The picture above is ASCI Red, the world’s fastest supercomputer in 1999-2000. It was about the size of a large tennis court, sucked a couple of MW and cost around $55M (it went through various incarnations). And that’s not to mention the staff of acolytes and air-conditioned buildings required to make it work. Its delivered performance was about 2.4 TFlops (Thousand Billion Floating Point Operations per second), with a theoretical maximum of around 3.2TFlops, delivered by an array of nearly 10,000 processors, all chuntering away in parallel.
AI (that’s Artificial Intelligence – I have to be clear here as I live in a farming community and conversations have been known to take a strange turn) is a flavour of the moment and is riding high on the arm-waving curve of the hype cycle. We’ve been here before though – as a notion, AI has been through more loops of the hype cycle than most technologies, with successive waves of mutually reinforcing innovation and fiction conspiring to promise more than contemporary understanding could deliver.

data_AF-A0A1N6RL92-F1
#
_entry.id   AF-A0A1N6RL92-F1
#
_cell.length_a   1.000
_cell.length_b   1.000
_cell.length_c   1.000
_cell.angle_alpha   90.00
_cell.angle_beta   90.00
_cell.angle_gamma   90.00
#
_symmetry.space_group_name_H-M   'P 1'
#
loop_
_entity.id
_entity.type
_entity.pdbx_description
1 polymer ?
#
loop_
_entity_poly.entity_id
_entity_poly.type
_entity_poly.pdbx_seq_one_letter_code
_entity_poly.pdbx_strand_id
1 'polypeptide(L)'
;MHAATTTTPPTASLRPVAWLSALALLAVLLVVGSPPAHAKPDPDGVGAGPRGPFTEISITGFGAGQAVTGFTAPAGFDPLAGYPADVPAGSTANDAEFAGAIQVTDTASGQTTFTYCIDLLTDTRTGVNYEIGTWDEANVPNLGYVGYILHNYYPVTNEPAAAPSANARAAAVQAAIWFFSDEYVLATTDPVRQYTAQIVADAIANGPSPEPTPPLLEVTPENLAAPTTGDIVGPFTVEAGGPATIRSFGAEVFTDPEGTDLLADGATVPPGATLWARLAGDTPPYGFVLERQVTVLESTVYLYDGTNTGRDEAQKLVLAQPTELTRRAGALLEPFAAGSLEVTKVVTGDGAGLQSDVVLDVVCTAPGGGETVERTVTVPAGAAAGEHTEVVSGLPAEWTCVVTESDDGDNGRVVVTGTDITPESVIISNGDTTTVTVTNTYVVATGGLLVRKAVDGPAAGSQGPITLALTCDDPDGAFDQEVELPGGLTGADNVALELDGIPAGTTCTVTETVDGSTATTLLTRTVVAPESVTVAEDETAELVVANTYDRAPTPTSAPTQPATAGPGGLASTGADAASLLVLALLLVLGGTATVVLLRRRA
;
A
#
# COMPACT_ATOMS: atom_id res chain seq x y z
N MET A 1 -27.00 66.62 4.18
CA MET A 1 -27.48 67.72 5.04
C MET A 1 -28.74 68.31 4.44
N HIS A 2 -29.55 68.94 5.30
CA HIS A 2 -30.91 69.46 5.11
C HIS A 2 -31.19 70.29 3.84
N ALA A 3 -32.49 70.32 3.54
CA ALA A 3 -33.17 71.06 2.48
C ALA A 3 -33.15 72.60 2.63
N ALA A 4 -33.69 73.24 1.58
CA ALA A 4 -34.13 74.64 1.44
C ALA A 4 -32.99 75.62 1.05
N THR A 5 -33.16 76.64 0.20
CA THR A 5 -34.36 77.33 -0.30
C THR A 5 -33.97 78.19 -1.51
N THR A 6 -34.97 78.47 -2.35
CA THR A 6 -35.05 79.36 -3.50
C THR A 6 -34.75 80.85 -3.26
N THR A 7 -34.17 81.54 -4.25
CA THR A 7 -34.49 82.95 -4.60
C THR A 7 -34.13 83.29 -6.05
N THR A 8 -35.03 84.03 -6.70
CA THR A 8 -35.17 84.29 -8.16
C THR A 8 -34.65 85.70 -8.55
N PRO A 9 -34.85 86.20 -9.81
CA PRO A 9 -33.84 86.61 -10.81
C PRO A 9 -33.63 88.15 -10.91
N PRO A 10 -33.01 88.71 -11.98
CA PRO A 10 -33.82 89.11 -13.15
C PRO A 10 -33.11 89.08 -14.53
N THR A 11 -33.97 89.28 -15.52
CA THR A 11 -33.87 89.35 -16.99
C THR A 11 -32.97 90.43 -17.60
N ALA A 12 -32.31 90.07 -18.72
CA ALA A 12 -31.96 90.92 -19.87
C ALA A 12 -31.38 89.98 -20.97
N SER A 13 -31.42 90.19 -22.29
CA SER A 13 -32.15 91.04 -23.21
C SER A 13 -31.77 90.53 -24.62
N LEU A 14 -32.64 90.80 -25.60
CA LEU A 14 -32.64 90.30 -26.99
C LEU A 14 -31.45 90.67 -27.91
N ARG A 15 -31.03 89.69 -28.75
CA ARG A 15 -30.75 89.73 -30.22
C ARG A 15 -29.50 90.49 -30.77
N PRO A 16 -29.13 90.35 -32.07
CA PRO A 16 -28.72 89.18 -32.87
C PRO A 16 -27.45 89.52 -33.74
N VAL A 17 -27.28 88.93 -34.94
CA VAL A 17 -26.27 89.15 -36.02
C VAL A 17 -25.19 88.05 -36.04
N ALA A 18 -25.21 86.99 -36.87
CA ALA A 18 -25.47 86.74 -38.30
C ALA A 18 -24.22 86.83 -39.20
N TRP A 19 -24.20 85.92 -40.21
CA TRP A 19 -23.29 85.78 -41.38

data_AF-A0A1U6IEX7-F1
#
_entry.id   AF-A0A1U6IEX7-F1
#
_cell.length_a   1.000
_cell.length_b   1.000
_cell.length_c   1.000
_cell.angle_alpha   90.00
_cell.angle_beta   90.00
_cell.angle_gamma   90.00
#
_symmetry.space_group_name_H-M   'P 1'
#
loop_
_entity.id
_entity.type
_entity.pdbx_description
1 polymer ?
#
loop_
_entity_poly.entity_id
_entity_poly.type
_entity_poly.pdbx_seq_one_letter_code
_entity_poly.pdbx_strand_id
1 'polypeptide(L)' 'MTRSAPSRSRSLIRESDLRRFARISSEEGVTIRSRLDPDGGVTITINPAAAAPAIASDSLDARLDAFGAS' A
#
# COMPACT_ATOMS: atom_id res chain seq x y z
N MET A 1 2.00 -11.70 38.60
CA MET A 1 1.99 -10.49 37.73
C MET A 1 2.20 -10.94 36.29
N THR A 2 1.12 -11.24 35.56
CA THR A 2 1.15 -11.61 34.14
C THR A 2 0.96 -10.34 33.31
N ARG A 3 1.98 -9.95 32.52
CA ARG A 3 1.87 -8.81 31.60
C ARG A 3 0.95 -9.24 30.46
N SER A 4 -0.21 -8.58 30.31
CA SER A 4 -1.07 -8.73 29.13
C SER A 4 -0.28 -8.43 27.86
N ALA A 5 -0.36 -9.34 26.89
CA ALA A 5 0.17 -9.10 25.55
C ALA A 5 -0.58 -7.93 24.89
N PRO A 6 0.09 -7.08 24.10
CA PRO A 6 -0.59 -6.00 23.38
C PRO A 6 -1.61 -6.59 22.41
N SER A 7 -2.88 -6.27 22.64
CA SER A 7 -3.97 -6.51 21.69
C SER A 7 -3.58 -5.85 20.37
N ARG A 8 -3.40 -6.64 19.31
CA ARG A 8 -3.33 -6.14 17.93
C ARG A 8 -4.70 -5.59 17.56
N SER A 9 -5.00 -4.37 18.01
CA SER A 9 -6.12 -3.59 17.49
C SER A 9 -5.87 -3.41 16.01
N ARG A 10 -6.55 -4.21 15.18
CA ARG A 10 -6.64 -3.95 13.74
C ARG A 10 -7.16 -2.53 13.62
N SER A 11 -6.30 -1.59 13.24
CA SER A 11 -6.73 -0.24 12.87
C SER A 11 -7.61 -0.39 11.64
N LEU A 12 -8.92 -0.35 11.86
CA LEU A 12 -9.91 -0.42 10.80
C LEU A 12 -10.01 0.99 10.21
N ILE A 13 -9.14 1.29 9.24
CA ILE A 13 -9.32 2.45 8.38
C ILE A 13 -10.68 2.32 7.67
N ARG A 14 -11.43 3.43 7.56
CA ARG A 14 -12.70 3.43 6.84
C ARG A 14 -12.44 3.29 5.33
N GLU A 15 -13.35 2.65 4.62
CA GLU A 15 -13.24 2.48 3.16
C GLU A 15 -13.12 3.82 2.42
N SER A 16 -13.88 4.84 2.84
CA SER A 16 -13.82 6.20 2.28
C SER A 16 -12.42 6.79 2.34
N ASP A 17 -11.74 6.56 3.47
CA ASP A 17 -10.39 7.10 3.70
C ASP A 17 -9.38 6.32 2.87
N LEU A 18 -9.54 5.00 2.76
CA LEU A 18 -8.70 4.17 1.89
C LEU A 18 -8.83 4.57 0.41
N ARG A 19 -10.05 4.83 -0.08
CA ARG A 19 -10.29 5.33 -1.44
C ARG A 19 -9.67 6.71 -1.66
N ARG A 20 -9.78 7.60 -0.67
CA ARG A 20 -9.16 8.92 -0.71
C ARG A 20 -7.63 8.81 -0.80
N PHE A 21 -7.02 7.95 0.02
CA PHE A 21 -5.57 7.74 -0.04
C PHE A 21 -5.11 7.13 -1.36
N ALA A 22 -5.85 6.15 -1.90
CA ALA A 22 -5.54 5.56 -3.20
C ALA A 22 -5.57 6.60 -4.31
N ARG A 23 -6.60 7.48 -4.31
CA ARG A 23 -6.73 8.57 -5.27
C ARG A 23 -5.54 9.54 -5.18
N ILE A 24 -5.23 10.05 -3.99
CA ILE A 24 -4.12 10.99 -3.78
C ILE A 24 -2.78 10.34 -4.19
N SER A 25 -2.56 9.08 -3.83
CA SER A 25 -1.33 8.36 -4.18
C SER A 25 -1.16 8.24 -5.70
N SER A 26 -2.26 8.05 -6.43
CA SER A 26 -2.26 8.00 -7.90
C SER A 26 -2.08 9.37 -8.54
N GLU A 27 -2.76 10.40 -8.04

Rewind: Sixteen years or so ago, I was interested in how we use software to help us solve the compound, iterative and ever-changing problems we face every day: juggling complex trip schedules, working out where we need to be and when to co-ordinate with our friends or colleagues and, of course, how we find out about stuff that we’d want if only we knew to ask for it. I’m still thinking about it.
Here’s a little history: in the early nineties, much of my consultancy work orbited (often eccentrically) around a binary model: the development of new technologies and helping clients to understand how those technologies could help their businesses and to work out how and when to jump in. It still does. Continue reading Hype, Reality and Expectation